Apparently this couple were on their way to meet his parents who were camping somewhere along the coast and that’s about all they knew for sure.  About every dozen miles or so, no, every time we saw somebody along our path we’d pull over for directions, always rolling pass them since we had no working breaks.  Each encounter had all the ingredients of a comedy.  In most cases these individuals expressed concern when a van with no headlights approached.  Once they realized that we were not a threat the comedy continued, because we were unable to explain what we were looking for, because we didn’t know ourselves.  Looking through my rusted hole it looked as if we were asking these people to do calisthenics.  They waved their arms trying to accentuate their point.  If you didn’t know what the intent of the conversation was or speak the language, you’d think they were arguing.  I estimated that we had taken about twenty left hand turns and half as many rights.  Somehow through this maze of indecision we did manage to reach a city.  What city it was, I had no idea but thank God for streetlights.  After two or three blocks into the city the police pulled us over.  Apparently even in Spain cars require headlights.  I don’t know what was discussed but whatever it is they said we ended up getting a police escort to the train station.  I think they used me as an excuse and probably over exaggerated my circumstances.  I thanked them and we traded addresses.

I checked the schedules and discovered that on platform three my train would be departing any minute so I broke into a fast trot. I made it to the train just in time.  I climbed aboard I received another bad card from the bottom of the deck.  There wasn’t an available seat in sight.  I was now on the midnight train into Sivilla standing alongside others who were just as unhappy standing as I.  About half way into Sivilla the train came to a complete stop.  No reason was given.  We just stood stationary on the tracks for about an hour and a half.  Local attitudes began to boil over into quite a situation.  The majority of passengers probably traveled for business and relied on the train maintaining its original schedule, hoping to get some sleep before morning arrived.  It appeared that we would be arriving into Sivilla about two in the morning.  In one hand I held the numbers of a few local campsites that were still on my list but I was dead tired and entertained thoughts of doubt.  Why was I subjecting myself to all this?  I felt like I placed my confidence in faith and was handed nothing but obstacles.  There were just too many pieces that had hit the floor and scattered.  Talk about being tired but at that point my priority was a shower, then a bed.  I followed the angry crowd off the train and into the streets of Sivilla.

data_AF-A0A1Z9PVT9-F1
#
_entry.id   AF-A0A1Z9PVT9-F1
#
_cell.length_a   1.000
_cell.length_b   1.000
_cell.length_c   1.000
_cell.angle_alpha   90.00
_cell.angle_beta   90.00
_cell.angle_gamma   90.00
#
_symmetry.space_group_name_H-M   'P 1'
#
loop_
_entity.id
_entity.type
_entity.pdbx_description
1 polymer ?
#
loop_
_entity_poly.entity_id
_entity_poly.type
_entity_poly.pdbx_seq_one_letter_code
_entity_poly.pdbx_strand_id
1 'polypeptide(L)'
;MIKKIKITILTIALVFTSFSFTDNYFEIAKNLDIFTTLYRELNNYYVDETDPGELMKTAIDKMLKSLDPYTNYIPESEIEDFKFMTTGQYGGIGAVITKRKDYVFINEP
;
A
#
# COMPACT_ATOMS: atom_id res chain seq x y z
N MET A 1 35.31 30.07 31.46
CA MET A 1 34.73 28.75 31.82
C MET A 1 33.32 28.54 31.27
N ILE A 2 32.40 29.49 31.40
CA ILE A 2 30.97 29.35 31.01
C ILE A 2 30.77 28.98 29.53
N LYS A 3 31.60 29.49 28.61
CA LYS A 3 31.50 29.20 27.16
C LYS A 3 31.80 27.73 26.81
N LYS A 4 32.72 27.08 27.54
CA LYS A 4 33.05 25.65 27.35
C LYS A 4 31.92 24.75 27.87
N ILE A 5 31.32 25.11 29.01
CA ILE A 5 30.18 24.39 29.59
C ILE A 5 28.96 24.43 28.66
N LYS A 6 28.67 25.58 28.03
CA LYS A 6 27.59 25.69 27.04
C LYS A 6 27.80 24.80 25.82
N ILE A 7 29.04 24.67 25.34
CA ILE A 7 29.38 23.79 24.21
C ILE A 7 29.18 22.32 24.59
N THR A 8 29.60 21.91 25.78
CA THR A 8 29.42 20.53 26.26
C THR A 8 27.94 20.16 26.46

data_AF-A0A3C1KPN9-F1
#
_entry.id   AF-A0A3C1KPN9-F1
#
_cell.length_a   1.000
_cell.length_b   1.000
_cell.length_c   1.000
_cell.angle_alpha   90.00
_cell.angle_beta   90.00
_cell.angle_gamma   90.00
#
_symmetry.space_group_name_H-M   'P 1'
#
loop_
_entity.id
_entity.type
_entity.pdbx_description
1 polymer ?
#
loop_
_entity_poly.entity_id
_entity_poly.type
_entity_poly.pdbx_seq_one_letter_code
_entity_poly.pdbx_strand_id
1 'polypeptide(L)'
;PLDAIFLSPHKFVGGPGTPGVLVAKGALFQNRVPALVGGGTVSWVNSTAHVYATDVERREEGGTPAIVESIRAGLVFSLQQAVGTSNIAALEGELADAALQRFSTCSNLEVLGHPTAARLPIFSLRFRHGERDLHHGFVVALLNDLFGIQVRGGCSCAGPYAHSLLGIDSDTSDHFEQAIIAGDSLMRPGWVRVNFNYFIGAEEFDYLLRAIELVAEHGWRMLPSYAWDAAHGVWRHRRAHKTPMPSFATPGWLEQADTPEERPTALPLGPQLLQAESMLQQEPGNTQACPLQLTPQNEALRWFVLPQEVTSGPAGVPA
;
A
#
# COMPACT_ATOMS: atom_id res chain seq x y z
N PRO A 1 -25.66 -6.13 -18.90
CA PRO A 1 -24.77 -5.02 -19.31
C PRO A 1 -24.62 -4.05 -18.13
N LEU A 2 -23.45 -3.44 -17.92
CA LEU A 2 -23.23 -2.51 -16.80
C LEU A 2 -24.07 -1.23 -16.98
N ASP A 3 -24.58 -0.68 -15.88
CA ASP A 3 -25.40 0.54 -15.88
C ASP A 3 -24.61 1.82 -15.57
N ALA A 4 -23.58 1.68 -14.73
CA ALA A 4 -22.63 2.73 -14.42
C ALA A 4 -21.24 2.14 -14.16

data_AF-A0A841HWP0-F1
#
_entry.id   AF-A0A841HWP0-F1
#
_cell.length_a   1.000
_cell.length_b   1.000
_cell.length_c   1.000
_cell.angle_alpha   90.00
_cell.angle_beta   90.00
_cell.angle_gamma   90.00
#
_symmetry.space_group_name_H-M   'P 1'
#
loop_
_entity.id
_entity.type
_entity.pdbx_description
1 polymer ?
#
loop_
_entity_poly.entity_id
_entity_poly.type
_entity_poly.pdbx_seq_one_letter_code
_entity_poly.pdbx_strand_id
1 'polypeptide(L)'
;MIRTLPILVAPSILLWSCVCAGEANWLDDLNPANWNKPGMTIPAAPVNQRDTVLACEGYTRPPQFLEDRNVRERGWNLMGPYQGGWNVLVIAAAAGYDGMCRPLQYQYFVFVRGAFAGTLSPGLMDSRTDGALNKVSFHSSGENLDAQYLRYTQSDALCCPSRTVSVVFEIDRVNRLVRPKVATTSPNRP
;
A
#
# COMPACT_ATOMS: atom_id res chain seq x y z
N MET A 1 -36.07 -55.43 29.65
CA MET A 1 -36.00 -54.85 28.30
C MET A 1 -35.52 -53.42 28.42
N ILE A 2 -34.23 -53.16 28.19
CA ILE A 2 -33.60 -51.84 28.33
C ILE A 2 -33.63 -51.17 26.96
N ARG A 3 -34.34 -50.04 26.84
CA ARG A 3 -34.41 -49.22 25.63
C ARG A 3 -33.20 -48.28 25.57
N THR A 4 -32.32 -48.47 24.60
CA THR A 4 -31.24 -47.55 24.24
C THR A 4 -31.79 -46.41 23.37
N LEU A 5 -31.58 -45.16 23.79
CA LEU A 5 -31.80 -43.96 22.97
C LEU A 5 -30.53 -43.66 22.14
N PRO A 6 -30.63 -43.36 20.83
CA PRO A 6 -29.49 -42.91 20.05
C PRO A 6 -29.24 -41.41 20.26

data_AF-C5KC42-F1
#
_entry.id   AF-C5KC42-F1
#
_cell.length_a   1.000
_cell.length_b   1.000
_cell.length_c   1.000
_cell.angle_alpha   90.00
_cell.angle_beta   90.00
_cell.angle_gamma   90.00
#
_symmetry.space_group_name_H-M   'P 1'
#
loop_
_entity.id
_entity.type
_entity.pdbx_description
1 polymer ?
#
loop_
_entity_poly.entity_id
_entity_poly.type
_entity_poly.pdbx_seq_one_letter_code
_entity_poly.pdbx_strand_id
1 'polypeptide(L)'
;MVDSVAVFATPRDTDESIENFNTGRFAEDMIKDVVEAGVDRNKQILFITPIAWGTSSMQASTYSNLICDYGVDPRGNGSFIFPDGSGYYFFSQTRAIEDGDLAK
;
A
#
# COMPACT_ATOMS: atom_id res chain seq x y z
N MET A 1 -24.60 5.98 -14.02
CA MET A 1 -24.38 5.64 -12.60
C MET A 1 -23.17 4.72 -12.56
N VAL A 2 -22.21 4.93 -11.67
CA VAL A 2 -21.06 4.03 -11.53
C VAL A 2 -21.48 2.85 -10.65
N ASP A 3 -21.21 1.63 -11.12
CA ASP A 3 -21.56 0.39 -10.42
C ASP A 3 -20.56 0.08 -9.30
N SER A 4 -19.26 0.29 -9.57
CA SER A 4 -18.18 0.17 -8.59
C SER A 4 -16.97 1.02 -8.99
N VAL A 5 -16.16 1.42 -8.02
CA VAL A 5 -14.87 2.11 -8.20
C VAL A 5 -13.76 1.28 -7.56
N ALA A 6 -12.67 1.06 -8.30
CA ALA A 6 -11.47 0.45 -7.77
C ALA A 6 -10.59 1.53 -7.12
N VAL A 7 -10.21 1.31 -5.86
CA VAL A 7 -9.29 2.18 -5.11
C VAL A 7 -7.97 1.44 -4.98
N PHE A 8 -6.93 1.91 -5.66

I walked into one place and then another with the same ridiculous results.  Either the price for accommodations was five times the going rate or they had no vacancies.  I was dead tired and in need of sleep.  I continued on and walked up one dark lonely street to another, allowing all my doubts to consume any faith I had left in my quest.  I noticed a small news stand with pair of phone booths out front, lit up in the distance and reached deep into my pocket discovering my need for change.  As I walked toward the vendor on the opposite side of the phone booths all of a sudden there was Ann coming out of what looked to be a coffee shop, just off to my left.  I placed the newsstand in-between myself and her group to remain unnoticed.  I was unprepared to approach her.  She passed by me and took the first left, south down the original street I had been walking.  She was accompanied by two of the three guys she was previously traveling with so I remained in the darkness waiting to discover where she was staying.  I stood off a good block or so to ensure I wasn’t noticed, so I wasn’t too sure where they had actually left the street.  I couldn’t believe it.  I walked around the poorly lit streets for about another hour like an un-caged animal that had just escaped and didn’t know where to go, until I finally located a room for the night.  I was awake and thoughts where darting in and out of my mind.  How should I approach her?  Then there was clarity as if the clouds that obstructed my vision were suddenly removed.  All those events, the combination of every obstacle, every step that I had cursed, all combined in the most likely and perhaps the only path that could have placed me there in front of her tonight.  No longer did I view them as coincidences but rather an assembly of stones that made up a path toward the lesson that the reality that life is so much more complicated that I could ever imagine.  I apologized for my curing and for my lack of faith.  I believe that was the last thought I entertained before I fell asleep.

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    Usually behind a cup of coffee waiting for the world around me to wake up I entered today’s thoughts about yesterday’s activities into my travel journal. I’m not a writer, so I’ll apologize in advance if I jump around or seem confused. These are just the thoughts of a young man who left his possessions behind and who believes that getting lost is how one finds oneself.